Turning back to FIG. 2, transaction log storage 250 may provide a fault tolerant, high performance, durable, log publishing service. Transaction log storage 250 may be used as a commit log underlying strongly consistent distributed applications such as databases, key-value stores, and lock managers, and as illustrated in FIG. 2 directory storage service 220 providing hierarchical data storage. Transaction log storage 250 may provide strong consistency guarantees and support constraints between committed records, to enable features like deduplication, sequencing, and read-write conflict detection. For example, for various different kinds of requests to change hierarchical data structures, transaction log storage 250 may determine whether or not to commit the changes to the hierarchical data structures (e.g., write requests and other modifications) by examining a proposed transaction for conflicts with other committed transactions. Such a feature may provide a fine-grained locking model over the hierarchical data structure (e.g., only those portions of the hierarchical data structure affected by a conflict between transactions may be locked). Transaction log storage 250 may maintain a separate log or chain of log records within a shared log for each hierarchical data structure, serving as an authoritative definition of the changes to the state hierarchical data structure over time. Transactions may be ordered according to transaction sequence numbers, which may be monotonically increasing to reference the state of a hierarchical data structure at individual points in time. Note that in some embodiments, transaction log storage 250 may be a separate network-based storage service implemented as part of provider network 250 external to directory storage service 220.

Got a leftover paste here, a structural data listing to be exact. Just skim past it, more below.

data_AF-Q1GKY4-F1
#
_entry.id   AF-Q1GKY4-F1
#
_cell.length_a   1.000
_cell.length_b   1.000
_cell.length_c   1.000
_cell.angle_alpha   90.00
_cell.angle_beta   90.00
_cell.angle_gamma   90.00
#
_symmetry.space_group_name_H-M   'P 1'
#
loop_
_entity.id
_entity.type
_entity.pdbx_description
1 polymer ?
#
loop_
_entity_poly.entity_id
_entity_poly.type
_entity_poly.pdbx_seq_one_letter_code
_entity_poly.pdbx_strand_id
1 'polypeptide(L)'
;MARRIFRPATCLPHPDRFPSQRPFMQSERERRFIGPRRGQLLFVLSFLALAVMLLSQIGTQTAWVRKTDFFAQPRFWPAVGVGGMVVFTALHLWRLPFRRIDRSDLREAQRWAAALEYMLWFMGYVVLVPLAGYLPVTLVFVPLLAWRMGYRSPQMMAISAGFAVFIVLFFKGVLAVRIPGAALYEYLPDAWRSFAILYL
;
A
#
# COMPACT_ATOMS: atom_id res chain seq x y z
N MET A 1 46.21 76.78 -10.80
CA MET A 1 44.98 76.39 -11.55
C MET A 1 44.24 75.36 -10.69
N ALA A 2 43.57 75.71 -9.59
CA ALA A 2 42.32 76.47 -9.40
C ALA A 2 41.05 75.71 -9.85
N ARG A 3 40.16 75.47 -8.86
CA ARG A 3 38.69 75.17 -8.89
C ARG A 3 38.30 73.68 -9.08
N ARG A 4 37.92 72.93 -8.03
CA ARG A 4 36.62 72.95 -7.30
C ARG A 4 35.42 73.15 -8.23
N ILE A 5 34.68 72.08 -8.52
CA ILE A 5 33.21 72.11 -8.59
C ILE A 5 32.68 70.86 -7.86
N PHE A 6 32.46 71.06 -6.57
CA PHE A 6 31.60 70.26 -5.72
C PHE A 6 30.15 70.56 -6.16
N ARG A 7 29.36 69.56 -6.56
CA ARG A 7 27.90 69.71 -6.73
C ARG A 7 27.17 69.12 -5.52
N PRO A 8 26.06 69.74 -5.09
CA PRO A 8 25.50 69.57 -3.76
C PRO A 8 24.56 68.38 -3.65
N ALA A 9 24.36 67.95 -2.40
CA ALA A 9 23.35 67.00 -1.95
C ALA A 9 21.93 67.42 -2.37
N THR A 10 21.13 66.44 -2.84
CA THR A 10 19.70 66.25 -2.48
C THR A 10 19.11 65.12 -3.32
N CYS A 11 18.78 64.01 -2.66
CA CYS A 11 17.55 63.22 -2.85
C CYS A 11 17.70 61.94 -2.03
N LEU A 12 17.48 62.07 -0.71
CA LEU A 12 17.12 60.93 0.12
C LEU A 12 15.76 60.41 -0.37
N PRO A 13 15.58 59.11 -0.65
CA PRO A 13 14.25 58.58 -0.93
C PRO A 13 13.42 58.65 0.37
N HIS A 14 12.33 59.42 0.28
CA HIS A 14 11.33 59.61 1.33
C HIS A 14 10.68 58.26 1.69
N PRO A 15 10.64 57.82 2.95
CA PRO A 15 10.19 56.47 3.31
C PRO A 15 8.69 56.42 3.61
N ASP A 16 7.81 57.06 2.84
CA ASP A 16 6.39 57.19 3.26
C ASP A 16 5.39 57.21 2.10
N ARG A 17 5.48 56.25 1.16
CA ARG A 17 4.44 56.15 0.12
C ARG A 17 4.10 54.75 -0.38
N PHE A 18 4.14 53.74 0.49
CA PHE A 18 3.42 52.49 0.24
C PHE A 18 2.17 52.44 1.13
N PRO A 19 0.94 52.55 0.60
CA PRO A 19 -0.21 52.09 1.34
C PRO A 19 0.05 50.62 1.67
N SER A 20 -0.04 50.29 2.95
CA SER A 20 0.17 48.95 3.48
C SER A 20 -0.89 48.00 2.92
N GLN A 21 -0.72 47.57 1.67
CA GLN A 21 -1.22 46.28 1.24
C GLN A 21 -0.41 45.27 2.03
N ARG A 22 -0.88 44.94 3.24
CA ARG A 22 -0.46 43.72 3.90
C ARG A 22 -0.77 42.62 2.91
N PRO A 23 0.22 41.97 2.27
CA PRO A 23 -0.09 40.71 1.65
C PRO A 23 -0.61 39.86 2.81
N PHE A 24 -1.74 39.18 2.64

Archival worker(s) 236 may utilize transactions stored for different hierarchical data structures stored in respective transaction logs in transaction log storage 250 to generate and store snapshots of the hierarchical data structure at different points in time in archive storage service 270. For example, archival management may determine when snapshots of a hierarchical data structure should be captured, provision appropriate storage locations in archive storage service 270, and direct archive worker nodes (not illustrated) to perform the read, write, and other operations to generate and place the snapshots in archive storage service 270. Similarly, archival worker(s) 236 may direct the copying and storage of individual log records/transactions and/or groups of log records and transactions to be stored as part of an archived transaction log for hierarchical data structures in archive storage service 270.